8. ^ Charles., Snedden, Robert (1996). Sassafras : the story of the Post Town at Sassafras Mountain on the old Wool Road in the County of St. Vincent. Duffy, A.C.T.: R C Snedden. p. 19. ISBN 0646259822. OCLC 38411506.
  9. ^ "Advertising". Sydney Morning Herald (NSW : 1842 - 1954). 30 November 1844. p. 1. Retrieved 21 January 2021.
  10. ^ "WHEREAS the Estate of Stewart Ryrie was, on the 25th day of March, 1844". New South Wales Government Gazette (Sydney, NSW : 1832 - 1900). 29 March 1844. p. 498. Retrieved 14 March 2021.
  11. ^ "PORT PHILLIP". Colonist (Sydney, NSW : 1835 - 1840). 15 February 1840. p. 2. Retrieved 20 January 2021.
  12. ^ "Memorandum on the subject of establishing a Post from Yass to Port Phillip". Australian (Sydney, NSW : 1824 - 1848). 6 October 1837. p. 2. Retrieved 14 March 2021.
  13. ^ "Battle of Yering | Monument Australia". monumentaustralia.org.au. Retrieved 14 March 2021.
  14. ^ "THE YERING DISTRICT". Leader (Melbourne, Vic. : 1862 - 1918, 1935). 11 December 1875. p. 7. Retrieved 14 March 2021.
  15. ^ Halliday, James (1998). Wine atlas of Australia and New Zealand. Pymble, N.S.W.: HarperCollins. p. 110. ISBN 0-7322-6448-0. OCLC 39292062.
  16. ^ "Some Swiss Influences in Australia". Age (Melbourne, Vic. : 1854 - 1954). 3 May 1952. p. 14. Retrieved 14 March 2021.
  17. ^ "History | Yering Station, Yarra Valley". Retrieved 14 March 2021.
  18. ^ "Famous wine region re-born". Australian Jewish News (Melbourne, Vic. : 1935 - 1999). 12 December 1986. p. 11. Retrieved 23 March 2021.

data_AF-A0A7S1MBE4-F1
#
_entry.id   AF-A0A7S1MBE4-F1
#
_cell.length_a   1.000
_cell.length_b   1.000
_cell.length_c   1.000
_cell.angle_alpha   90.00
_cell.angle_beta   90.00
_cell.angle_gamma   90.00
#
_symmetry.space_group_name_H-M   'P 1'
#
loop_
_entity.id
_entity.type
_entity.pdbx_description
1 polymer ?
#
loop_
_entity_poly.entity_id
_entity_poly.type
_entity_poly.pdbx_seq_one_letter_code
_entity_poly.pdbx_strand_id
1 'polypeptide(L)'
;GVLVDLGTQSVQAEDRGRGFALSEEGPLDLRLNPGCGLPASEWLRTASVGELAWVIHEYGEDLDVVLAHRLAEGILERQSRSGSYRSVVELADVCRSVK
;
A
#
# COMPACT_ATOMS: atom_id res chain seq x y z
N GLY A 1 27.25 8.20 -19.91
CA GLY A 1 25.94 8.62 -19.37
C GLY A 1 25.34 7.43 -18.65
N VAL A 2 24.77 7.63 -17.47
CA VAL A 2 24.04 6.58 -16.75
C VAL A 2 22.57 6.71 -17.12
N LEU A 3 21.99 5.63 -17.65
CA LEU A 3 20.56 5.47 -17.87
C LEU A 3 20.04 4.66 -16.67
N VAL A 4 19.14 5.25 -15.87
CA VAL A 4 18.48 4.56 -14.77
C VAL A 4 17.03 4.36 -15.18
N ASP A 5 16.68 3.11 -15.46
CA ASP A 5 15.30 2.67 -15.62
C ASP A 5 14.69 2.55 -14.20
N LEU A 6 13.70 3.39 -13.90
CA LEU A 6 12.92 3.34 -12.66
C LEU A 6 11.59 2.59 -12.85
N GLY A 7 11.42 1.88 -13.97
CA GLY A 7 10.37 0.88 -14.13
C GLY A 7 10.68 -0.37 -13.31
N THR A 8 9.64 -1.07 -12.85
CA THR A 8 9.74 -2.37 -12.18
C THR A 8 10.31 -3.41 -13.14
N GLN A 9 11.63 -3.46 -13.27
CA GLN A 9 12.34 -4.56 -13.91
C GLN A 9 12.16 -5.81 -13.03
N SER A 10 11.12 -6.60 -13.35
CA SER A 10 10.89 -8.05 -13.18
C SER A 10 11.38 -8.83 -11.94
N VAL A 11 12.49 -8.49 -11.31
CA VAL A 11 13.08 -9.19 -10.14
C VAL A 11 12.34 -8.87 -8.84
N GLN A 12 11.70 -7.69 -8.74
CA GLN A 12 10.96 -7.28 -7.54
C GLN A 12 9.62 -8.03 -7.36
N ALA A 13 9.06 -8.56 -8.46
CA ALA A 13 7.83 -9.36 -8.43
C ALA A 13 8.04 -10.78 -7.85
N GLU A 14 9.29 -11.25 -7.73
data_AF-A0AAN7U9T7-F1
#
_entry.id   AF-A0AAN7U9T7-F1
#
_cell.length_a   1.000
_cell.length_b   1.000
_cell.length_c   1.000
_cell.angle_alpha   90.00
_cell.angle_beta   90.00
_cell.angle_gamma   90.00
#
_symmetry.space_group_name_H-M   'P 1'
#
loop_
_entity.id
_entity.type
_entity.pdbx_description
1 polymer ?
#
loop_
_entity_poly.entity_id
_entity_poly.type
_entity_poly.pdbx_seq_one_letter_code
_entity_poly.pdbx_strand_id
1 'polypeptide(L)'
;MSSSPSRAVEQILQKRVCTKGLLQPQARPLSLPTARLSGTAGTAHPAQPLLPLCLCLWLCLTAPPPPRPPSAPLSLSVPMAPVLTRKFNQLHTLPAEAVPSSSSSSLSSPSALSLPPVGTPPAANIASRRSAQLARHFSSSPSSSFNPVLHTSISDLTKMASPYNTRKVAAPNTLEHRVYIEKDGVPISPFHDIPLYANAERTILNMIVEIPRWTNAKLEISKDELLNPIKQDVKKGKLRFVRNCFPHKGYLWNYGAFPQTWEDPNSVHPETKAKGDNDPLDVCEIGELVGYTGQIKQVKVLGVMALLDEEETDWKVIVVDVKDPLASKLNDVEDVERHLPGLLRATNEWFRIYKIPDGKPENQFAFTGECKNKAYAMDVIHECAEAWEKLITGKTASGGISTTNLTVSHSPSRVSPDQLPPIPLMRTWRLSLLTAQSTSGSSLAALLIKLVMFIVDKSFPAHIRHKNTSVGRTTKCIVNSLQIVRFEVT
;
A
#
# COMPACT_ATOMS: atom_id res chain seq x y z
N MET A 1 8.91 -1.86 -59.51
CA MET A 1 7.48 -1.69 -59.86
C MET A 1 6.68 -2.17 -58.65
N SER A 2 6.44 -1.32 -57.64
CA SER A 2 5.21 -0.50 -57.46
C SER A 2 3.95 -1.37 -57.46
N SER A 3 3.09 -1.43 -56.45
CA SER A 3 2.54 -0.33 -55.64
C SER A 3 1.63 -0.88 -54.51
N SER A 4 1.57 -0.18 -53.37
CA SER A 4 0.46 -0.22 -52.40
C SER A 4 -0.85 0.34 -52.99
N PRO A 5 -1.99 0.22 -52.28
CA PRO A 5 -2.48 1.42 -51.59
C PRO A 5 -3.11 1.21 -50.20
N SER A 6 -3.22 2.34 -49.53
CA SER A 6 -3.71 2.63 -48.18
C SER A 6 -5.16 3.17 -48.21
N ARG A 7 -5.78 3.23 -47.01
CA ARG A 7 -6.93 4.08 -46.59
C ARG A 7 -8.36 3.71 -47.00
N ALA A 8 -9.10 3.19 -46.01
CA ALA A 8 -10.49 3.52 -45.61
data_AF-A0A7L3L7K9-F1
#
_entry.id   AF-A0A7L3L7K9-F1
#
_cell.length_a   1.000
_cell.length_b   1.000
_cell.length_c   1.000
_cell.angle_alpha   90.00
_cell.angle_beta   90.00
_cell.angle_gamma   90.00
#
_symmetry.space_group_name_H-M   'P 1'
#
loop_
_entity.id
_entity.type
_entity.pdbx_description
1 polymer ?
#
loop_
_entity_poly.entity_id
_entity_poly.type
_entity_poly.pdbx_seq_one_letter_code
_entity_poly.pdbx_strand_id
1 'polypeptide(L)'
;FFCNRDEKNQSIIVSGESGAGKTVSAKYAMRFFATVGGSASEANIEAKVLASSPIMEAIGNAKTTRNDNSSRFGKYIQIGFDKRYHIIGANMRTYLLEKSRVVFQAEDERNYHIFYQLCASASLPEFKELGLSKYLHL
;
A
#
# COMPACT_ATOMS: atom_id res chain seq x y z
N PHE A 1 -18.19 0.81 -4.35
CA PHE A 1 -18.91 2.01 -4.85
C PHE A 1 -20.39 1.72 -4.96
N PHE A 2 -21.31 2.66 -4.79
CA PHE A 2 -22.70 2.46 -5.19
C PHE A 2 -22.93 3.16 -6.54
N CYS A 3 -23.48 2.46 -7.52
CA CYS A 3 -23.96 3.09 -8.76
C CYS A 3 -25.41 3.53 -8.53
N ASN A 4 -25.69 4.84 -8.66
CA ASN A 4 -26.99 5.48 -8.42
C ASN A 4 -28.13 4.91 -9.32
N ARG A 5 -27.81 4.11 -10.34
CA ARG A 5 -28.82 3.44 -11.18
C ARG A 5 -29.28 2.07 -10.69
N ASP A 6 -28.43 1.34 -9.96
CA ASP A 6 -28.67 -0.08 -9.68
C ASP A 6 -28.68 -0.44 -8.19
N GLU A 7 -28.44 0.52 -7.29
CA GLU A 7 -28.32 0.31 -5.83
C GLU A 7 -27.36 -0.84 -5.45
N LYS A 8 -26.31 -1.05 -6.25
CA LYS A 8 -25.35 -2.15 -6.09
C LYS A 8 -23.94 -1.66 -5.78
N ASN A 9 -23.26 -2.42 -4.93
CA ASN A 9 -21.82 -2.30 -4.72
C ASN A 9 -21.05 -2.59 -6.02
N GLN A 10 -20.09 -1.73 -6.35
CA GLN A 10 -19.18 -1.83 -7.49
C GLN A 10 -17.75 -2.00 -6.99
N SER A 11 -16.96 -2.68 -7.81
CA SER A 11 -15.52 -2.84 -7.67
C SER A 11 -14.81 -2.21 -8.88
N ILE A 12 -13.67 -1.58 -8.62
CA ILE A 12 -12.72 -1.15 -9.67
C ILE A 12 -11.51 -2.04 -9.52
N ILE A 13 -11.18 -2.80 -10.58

19. ^ "TO MR. OSBORNE". Port Phillip Gazette (Vic. : 1838 - 1845). 8 August 1840. p. 3. Retrieved 14 March 2021.
  20. ^ "PISTOLS AT SUNRISE". World's News (Sydney, NSW : 1901 - 1955). 29 December 1951. p. 11. Retrieved 14 March 2021.
  21. ^ a b "Duels in Melbourne". blogs.slv.vic.gov.au. Retrieved 15 March 2021.
  22. ^ "Advertising". Banner (Melbourne, Vic. : 1853 - 1854). 27 December 1853. p. 11. Retrieved 14 March 2021.
  23. ^ "THE CHRONICLES OF EARLY MELBOURNE" (PDF).
  24. ^ "Family Notices". Examiner (Sydney, NSW : 1845). 27 September 1845. p. 63. Retrieved 14 March 2021.
  25. ^ "Helen Ryrie". www.ancestry.com.au. Retrieved 9 March 2021.
  26. ^ "Anne Stewart Ryrie". www.ancestry.com.au. Retrieved 14 March 2021.
  27. ^ "Family Notices". Argus (Melbourne, Vic. : 1848 - 1957). 6 November 1856. p. 4. Retrieved 14 March 2021.
  28. ^ "Literary appreciation of the rich history of Braidwood". Canberra Times (ACT : 1926 - 1995). 4 November 1992. p. 29. Retrieved 20 April 2021.
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William Ryrie